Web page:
New Orleans: Prostitution In The Big Easy
While prostitution is illegal here in the U.S., there have been occasions in the past where it was legal in certain cities, including New Orleans. From 1897 through 1917, it was legal for ladies of the evening to openly ply their trade within a designated section of The Big Easy. This red light district was known as Storyville, named for New Orleans alderman Sidney Story, who drafted the legislation. Between 1895 and 1915, guides known as “Blue Books” were provided to Storyville’s visitors; these books, inscribed with the motto: “Order of the Garter: Honi Soit Qui Mal Y Pense” (Shame to Him Who Evil Thinks), listed the district’s services, including house descriptions, prices, and particular services, as well as the ladies employed at the brothels. The houses ranged from elegant establishments to seedy rooms known as “cribs”.
In 1917, the U.S. government shut down Storyville’s brothels, although New Orleans city officials strongly protested; this was during WWI, and federal government officials believed these houses were a “bad influence”, per the U.S. Secretary of the Navy. Despite this, prostitution continued to flourish within Storyville’s speakeasies and jazz clubs throughout the 1920s. (Speakeasies were secret nightclubs where alcohol was served; during the 1920s, alcohol had been banned throughout the U.S. This era was known as Prohibition).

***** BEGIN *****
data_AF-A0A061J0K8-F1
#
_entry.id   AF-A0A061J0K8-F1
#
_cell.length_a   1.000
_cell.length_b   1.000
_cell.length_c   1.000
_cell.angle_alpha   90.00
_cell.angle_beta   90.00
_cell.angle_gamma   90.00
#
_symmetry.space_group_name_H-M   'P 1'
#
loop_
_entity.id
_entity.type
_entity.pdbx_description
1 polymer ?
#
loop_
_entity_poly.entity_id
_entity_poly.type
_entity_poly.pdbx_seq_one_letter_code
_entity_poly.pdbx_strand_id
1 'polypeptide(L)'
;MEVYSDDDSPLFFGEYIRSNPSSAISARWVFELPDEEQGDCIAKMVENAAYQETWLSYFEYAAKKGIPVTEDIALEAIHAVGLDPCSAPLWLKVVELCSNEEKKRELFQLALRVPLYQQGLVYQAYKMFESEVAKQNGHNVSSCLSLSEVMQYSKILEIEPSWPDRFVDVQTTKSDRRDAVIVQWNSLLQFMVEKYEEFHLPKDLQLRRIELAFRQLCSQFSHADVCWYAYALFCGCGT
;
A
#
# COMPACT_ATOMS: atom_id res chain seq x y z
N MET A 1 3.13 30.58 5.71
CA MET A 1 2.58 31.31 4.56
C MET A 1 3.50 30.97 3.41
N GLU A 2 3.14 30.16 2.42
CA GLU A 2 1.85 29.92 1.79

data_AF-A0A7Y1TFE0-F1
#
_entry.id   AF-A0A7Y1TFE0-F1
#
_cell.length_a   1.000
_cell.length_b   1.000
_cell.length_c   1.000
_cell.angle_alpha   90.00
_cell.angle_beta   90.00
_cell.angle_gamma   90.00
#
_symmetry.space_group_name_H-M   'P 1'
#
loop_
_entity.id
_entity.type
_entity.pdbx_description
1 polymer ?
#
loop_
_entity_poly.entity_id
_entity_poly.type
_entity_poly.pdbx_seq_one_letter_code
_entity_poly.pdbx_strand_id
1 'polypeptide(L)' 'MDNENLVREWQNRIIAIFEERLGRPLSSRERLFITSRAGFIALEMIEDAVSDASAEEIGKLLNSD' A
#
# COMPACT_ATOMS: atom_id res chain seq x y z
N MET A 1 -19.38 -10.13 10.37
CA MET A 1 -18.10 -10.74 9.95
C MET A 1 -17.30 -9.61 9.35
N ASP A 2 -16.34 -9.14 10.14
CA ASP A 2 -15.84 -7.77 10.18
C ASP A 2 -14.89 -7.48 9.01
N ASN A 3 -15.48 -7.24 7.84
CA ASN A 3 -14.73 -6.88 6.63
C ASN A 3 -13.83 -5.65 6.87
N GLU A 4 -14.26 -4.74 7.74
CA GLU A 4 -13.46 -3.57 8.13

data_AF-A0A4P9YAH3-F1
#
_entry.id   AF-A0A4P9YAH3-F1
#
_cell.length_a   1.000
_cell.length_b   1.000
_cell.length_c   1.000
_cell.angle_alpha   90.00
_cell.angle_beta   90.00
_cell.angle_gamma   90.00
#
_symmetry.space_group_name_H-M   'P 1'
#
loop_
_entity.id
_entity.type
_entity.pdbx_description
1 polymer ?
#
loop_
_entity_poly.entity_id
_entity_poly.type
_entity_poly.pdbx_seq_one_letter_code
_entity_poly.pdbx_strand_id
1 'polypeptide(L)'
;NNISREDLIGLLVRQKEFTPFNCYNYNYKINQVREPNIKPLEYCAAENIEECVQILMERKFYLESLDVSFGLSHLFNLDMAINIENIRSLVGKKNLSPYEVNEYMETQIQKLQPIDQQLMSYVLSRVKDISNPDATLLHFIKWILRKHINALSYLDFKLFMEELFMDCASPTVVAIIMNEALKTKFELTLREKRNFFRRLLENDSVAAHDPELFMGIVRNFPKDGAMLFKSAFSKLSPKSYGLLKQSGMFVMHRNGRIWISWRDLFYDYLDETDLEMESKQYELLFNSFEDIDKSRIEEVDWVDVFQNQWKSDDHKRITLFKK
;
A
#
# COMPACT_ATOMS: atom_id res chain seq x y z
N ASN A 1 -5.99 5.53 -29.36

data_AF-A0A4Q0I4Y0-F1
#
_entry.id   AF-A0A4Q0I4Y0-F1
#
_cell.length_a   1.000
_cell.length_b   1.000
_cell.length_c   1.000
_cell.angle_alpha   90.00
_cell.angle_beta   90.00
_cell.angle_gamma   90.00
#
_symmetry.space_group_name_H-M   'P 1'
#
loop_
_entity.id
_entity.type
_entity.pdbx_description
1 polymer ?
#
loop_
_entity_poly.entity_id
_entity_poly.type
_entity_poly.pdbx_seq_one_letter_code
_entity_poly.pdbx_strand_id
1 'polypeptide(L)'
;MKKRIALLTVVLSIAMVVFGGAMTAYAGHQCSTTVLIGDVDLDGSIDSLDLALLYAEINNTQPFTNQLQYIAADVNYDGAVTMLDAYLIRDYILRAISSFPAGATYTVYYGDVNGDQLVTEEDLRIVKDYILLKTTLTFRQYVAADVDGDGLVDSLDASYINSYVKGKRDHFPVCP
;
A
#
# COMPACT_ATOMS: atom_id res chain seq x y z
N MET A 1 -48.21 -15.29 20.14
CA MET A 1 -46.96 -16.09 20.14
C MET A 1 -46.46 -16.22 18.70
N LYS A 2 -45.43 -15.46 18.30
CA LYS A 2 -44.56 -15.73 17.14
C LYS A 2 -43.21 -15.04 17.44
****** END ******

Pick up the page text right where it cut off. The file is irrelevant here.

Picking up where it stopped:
A few years ago, I purchased “Storyville Portraits”, a fascinating book containing the pictures of New Orleans prostitutes taken by photographer E.J. Bellocq circa 1912. Very little is known about Bellocq other than his profession as a commercial photographer.
Some of the prostitutes who posed for Bellocq were dressed in formal evening attire, some were naked, some were clad in their undergarments. He had developed a comfortable rapport with these ladies and allowed them to pose any way they wished.
Bellocq’s beautiful and haunting photos provided the inspiration for Louis Malle’s 1978 film “Pretty Baby”.
While a few of the photos might be considered a bit risqué by some, they are not exploitative, and in fact, depict a loving and even somewhat poignant view of ladies of the evening in a more innocent and gracious era.
– Marie Brown (Silky)